Acute and short-term haemodynamic effect of Sildenafil in pulmonary hypertension: Egyptian pilot study of seven patients
© BioMed Central Ltd. 2004
Published: 15 March 2004
Pulmonary hypertension (PH) patients usually present with heart failure, limited exercise tolerance and limited life expectancy. Vasodilators might cause a deterioration in gas exchange. There have been isolated case reports where oral Sildenafil, a selective phosphodiestrase inhibitor (PDEI), has been used as an alternative to prostacyclin in primary PH with early success. Our aim was to assess acute and short-term effect of Sildenafil in patients with PH with different etiologies.
Seven patients have been studied (four female, three male; mean age 49 ± 12 years). They included two patients with primary PH, two patients with Eisinmenger syndrome, two patients with thromboembolic PH and one patient with Bilharzial PH. Following clinical evaluation, all patients were subjected to Swan–Ganz catheterization and the mean pulmonary artery pressure (mPAP), pulmonary vascular resistance (PVR), and mixed venous oxygen saturation (mVO2) were invasively measured. Patients were also subjected to echocardiographic evaluation of the right ventricular diameter (RVD) in the short axis, of the left ventricular stroke volume (SV) and of the cardiac output (COP). Readings were recorded before, 3 days and 3 months after the start of Sildenafil. We used oral Sildenafil (25 mg) every 6 hours for all patients.
Out of the seven patients, five showed significant clinical (New York Heart Association [NYHA] class IV to NYHA class III), hemodynamic and echocardiographic improvement 3 days after therapy. The five patients included two patients with primary PH, one patient with Eisenmenger syndrome, one with Bilharzial PH and one thromboembolic patirnt. The latter patients showed significant reduction of mPAP (107 to 73 mmHg, -32%, P < 0.01), mPVR (1988 to 1177 dynes/s/cm5, -41%; P < 0.01) with insignificant rise in mVO2 (48 to 53 Torr). All hemodynamic changes occurred without significant reduction of arterial blood pressure and SVR. Echocardiography showed insignificant mild reduction in RVD (6.6 to 6.4 cm) with a significant rise in SV (35 to 42 ml), and COP (3.7 to 4.2 l/min). Follow-up 3 months later showed improvement in four out of the latter five patients. The fifth patient is the Bilharzial PH one who died suddenly 5 days after discharge. The other four patients showed further subjective improvement (NYHA class III to II), reduction of mPAP (73 to 57 mmHg, -22%; P < 0.05), mean PVR (1177 to 759 dynes/s/cm5, -36%; P < 0.05) with a further rise in mVO2 (53 to 60 Torr). Echocardiography also showed a significant reduction of the RVD (6.4 to 5.6 cm) with a further rise in SV (42 to 48 ml) and COP (4.2 to 4.7 l/min, P < 0.01).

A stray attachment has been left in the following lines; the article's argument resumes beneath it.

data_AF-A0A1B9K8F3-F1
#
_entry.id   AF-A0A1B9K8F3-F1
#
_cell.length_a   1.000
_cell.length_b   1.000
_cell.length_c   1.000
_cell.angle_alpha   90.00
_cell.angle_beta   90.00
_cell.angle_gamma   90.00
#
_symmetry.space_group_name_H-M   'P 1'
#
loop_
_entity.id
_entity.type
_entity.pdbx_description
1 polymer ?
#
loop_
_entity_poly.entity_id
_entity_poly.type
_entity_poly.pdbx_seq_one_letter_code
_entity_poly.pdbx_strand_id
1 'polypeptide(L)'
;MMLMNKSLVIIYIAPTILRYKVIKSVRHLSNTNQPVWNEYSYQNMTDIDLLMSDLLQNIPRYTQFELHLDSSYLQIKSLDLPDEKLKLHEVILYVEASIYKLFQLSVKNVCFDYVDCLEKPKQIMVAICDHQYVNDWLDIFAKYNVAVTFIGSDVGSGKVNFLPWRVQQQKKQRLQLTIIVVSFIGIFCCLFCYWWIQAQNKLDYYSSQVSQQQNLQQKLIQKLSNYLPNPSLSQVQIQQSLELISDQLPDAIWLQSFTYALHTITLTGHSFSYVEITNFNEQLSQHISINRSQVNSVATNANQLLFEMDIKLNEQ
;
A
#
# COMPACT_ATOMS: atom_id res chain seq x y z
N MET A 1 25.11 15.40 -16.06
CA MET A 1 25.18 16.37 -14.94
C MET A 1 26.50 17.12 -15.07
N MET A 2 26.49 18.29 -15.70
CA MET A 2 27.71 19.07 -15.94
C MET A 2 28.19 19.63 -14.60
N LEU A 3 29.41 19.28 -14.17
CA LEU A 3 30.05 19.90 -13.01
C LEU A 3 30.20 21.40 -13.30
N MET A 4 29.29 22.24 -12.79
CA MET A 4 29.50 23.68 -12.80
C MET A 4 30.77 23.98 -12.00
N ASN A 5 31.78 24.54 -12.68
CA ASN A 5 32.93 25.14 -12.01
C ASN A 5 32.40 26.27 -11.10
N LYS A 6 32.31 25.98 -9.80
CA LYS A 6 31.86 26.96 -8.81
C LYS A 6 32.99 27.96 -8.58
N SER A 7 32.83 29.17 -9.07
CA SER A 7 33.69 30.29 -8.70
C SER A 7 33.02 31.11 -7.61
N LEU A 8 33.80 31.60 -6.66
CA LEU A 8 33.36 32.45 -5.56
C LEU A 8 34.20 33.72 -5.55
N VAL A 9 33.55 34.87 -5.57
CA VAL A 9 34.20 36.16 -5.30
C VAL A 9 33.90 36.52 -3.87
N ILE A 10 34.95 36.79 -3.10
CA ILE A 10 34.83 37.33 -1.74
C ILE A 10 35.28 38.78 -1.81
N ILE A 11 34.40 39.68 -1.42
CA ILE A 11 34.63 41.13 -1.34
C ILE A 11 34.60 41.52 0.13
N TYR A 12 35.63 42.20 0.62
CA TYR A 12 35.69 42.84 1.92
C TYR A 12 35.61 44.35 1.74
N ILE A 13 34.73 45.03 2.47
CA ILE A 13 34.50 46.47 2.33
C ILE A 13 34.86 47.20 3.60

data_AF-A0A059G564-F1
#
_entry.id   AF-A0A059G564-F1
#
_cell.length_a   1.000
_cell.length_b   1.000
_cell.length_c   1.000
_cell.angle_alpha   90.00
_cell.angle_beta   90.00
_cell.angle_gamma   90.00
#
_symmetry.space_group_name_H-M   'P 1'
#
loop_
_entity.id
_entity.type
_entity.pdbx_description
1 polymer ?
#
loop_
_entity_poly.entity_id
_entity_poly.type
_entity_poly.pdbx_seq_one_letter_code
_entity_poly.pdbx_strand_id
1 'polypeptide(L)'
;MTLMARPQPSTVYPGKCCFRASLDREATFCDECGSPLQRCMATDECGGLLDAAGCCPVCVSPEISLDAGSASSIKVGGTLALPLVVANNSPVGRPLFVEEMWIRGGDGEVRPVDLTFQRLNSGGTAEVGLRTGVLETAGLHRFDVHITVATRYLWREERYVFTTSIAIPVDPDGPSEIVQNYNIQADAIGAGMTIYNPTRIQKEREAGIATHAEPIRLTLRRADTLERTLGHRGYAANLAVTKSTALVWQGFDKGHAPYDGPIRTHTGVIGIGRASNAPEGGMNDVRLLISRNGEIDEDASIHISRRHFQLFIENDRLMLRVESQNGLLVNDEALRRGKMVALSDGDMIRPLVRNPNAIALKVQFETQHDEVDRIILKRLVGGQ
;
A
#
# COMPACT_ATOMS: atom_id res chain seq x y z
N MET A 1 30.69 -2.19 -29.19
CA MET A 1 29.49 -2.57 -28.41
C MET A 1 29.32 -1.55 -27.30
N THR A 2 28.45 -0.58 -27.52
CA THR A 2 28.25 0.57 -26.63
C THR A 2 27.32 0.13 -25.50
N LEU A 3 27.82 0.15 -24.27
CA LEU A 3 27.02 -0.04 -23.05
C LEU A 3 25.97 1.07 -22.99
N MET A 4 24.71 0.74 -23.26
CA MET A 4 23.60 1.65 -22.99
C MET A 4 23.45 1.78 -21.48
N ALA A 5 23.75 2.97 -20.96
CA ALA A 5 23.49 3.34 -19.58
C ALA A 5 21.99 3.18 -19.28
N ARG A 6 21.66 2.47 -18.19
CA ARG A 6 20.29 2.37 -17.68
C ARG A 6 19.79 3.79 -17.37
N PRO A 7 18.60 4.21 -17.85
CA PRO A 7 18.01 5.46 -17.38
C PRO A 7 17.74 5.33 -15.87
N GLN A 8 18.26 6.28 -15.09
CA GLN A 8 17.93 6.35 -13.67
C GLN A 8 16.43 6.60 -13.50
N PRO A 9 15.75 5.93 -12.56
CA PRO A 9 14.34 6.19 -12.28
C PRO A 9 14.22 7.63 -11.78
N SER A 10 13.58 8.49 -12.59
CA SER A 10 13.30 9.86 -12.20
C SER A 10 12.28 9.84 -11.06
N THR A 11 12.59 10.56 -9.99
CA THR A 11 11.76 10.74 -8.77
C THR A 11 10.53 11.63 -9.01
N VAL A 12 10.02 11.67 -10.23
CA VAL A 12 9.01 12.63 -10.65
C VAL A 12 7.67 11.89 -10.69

(1) Sildenafil proved to be effective in the acute and short-term condition, subjectively and objectively, especially in patients with primary PH. Yet, the long-term effect and 5-year mortality are to be evaluated. (2) The effect of Sildenafil on Bilharzial PH is guarded. A larger group of Bilharzial PH patients should be studied, especially the milder forms. (3) Sildenafil and other selective PDE5 inhibitors with improved selectivity and longer half-life merit further evaluation.